Over the past 250+ posts on my own blog, I have been referenced/linked to by quite a few people who I consider to have more than the few limited friends that I have, but it almost NEVER garners any attention with people even curious to click on a link on their friend's FB or twitter feed. In the rare event that it does get some attention, almost no one comes back (and the ones who do, all seem to reside here as well). That they don't come back is okay, I am glad they stopped in to visit at all...but...it brings me to take pause when (as you mention) I consider that the "science" of what we do seems to be explored exclusively through the review of a few RCTs from a handful of self-referential publications alone. And that is the small percentage of therapists who DO read something.

                        It makes me wonder: I am the only one out there who realizes how bad he sucks at what he does? Am I the only one who wants to serve more patients better than I already am (am not)? After sighing deeply, I collect myself and come here. I doesn't always make me smile, but I usually feel a little better learning a little more everyday...and, by the way, many of those days are filled without reading a single RCT.

                        Respectfully,
                        Keith
                        Blog: Keith's Korner
                        Twitter: @18mmPT

                        Comment


                        • #13
                          Hi Keith,

                          They say it is lonely at the top. Maybe they should define what the "top" is on.
                          I sure am happy to read your writing and be influenced by it.
                          Byron Selorme -SomaSimpleton and Science Based Yoga Educator
                          Shavasana Yoga Center

                          "The first principle is that you must not fool yourself - and you are the easiest person to fool" Richard Feynman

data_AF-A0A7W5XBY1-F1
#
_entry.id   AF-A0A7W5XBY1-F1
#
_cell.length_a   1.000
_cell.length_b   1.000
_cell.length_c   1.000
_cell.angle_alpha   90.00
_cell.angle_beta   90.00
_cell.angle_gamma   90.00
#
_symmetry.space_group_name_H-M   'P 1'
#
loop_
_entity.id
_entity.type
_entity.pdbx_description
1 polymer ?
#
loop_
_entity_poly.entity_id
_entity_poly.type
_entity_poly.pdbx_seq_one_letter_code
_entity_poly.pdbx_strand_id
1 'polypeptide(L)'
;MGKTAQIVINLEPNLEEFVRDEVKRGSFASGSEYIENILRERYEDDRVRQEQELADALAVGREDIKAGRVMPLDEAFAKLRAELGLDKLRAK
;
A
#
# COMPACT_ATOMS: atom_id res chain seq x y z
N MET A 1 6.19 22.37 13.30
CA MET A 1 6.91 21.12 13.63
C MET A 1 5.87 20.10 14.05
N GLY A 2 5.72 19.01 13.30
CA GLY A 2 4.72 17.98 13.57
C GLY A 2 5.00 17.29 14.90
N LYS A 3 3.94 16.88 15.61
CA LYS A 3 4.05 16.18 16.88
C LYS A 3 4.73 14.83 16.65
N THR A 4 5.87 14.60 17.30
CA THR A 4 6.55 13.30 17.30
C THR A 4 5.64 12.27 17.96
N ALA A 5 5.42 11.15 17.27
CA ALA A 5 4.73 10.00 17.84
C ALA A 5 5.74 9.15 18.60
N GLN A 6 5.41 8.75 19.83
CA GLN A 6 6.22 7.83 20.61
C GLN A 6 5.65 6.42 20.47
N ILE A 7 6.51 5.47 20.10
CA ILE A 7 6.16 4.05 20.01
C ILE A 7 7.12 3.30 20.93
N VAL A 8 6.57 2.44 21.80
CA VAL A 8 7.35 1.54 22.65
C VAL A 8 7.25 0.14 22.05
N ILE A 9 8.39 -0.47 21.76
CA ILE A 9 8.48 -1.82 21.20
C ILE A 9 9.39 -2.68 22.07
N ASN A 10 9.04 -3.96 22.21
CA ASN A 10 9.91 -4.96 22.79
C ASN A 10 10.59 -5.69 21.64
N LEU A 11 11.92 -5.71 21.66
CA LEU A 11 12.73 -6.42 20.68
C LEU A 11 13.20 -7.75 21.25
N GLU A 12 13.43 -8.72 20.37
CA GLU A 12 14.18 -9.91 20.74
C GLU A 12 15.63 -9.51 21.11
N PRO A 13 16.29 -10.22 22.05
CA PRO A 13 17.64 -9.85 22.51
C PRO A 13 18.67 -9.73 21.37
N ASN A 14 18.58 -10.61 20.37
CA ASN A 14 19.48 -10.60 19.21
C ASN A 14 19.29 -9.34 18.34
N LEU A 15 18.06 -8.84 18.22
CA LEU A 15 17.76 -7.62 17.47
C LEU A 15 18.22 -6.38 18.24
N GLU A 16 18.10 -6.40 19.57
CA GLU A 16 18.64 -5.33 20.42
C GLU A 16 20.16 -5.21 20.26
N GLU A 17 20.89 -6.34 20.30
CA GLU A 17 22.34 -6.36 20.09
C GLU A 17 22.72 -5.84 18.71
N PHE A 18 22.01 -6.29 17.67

Comment


                          • #14
                            Serendipitous timing of this post and my post Thanksgiving road trip as this Radiolab came up in my queue.

                            I did not read Keith's commentary before hearing the podcast. The podcast is interesting on many levels. I am not sure if Keith wants this thread to contain commentary or to be more exclusive to your own thought processes but I will post here and if it is inappropriate I can re-direct my comments toward another thread.

                            What is the greater reality? The truth.
                            The truth I took away from the podcast is that. Both men create their own subjectivity of their blindness in order to compensate with the trauma of the loss. I don't think Zoltan denies that he cannot see or that he creates images. Nor do I think is he being nostalgic per se as his wife whom he visualizes, he met after she became blind. Additionally, due to the visualizations that Zoltan creates he is able to repair his roof and gutters by himself--his neighbors think he is crazy.

                            In the podcast it is impossible to ascertain if John has less compensatory abilities available to himself because he does not recreate visual images. Yet it would be interesting to look at if there is any objective difference in there ability to spatially orient/map and create mental imagery.

                            Following this train of thought, the other interesting observation, is how hard John has to work to suppress and extinguish his own tendency for visualization. Which may have helped him emotionally deal with the loss of his visual sense. For an excellent review on the topic see here Effects of peripheral and central visual impairment on mental imagery capacity (If wanted I can post in Sound of Silence if there is interest).

                            I am of the current opinion that we imbue/create out surrounding environment with our own subjectivity; that subjective reality is uniquely our own. That regardless of attempted extinction of visual images or the creation of visual images in the absence of visual stimulus both involve this process (of creating ones own subjective reality). So they both have equal merits of validity, IMO. If one subjective viewpoint can be shown objectively (by a third party outside of the two men) to be better functionally then there can be some argument about which lays a superior claim to the underlying "reality". So far as I can tell repairing your roof is pretty high functioning for a blind person.